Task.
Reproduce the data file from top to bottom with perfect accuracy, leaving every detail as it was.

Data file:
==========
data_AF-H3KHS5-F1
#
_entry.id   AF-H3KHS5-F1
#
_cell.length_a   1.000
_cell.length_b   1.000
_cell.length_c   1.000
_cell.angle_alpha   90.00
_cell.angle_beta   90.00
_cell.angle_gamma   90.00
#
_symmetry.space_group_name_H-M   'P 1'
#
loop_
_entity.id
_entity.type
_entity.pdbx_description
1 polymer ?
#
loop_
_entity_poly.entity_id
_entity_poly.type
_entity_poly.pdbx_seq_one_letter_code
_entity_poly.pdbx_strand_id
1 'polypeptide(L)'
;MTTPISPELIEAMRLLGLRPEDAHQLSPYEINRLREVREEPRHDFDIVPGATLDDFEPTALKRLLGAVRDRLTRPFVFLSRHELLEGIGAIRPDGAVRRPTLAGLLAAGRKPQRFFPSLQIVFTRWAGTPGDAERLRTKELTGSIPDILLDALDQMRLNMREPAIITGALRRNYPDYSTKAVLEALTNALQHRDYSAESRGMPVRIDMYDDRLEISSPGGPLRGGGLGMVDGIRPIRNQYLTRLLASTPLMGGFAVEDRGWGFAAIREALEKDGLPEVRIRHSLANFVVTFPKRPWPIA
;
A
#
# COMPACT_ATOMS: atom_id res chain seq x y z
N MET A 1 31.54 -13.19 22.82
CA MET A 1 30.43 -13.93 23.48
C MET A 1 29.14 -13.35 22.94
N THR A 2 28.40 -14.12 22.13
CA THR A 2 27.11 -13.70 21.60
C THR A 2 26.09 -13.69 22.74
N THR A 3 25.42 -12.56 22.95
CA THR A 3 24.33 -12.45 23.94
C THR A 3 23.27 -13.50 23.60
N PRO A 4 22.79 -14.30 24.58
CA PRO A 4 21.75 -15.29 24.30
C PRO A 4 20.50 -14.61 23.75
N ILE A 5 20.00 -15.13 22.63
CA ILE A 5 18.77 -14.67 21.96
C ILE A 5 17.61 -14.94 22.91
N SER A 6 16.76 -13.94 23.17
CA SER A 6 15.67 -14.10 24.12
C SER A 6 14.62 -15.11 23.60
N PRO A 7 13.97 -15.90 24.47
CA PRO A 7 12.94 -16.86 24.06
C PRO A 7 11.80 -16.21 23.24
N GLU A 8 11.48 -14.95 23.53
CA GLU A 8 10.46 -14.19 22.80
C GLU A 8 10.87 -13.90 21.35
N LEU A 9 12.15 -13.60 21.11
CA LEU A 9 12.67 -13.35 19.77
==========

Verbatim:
data_AF-H3KHS5-F1
#
_entry.id   AF-H3KHS5-F1
#
_cell.length_a   1.000
_cell.length_b   1.000
_cell.length_c   1.000
_cell.angle_alpha   90.00
_cell.angle_beta   90.00
_cell.angle_gamma   90.00
#
_symmetry.space_group_name_H-M   'P 1'
#
loop_
_entity.id
_entity.type
_entity.pdbx_description
1 polymer ?
#
loop_
_entity_poly.entity_id
_entity_poly.type
_entity_poly.pdbx_seq_one_letter_code
_entity_poly.pdbx_strand_id
1 'polypeptide(L)'
;MTTPISPELIEAMRLLGLRPEDAHQLSPYEINRLREVREEPRHDFDIVPGATLDDFEPTALKRLLGAVRDRLTRPFVFLSRHELLEGIGAIRPDGAVRRPTLAGLLAAGRKPQRFFPSLQIVFTRWAGTPGDAERLRTKELTGSIPDILLDALDQMRLNMREPAIITGALRRNYPDYSTKAVLEALTNALQHRDYSAESRGMPVRIDMYDDRLEISSPGGPLRGGGLGMVDGIRPIRNQYLTRLLASTPLMGGFAVEDRGWGFAAIREALEKDGLPEVRIRHSLANFVVTFPKRPWPIA
;
A
#
# COMPACT_ATOMS: atom_id res chain seq x y z
N MET A 1 31.54 -13.19 22.82
CA MET A 1 30.43 -13.93 23.48
C MET A 1 29.14 -13.35 22.94
N THR A 2 28.40 -14.12 22.13
CA THR A 2 27.11 -13.70 21.60
C THR A 2 26.09 -13.69 22.74
N THR A 3 25.42 -12.56 22.95
CA THR A 3 24.33 -12.45 23.94
C THR A 3 23.27 -13.50 23.60
N PRO A 4 22.79 -14.30 24.58
CA PRO A 4 21.75 -15.29 24.30
C PRO A 4 20.50 -14.61 23.75
N ILE A 5 20.00 -15.13 22.63
CA ILE A 5 18.77 -14.67 21.96
C ILE A 5 17.61 -14.94 22.91
N SER A 6 16.76 -13.94 23.17
CA SER A 6 15.67 -14.10 24.12
C SER A 6 14.62 -15.11 23.60
N PRO A 7 13.97 -15.90 24.47
CA PRO A 7 12.94 -16.86 24.06
C PRO A 7 11.80 -16.21 23.24
N GLU A 8 11.48 -14.95 23.53
CA GLU A 8 10.46 -14.19 22.80
C GLU A 8 10.87 -13.90 21.35
N LEU A 9 12.15 -13.60 21.11
CA LEU A 9 12.67 -13.35 19.77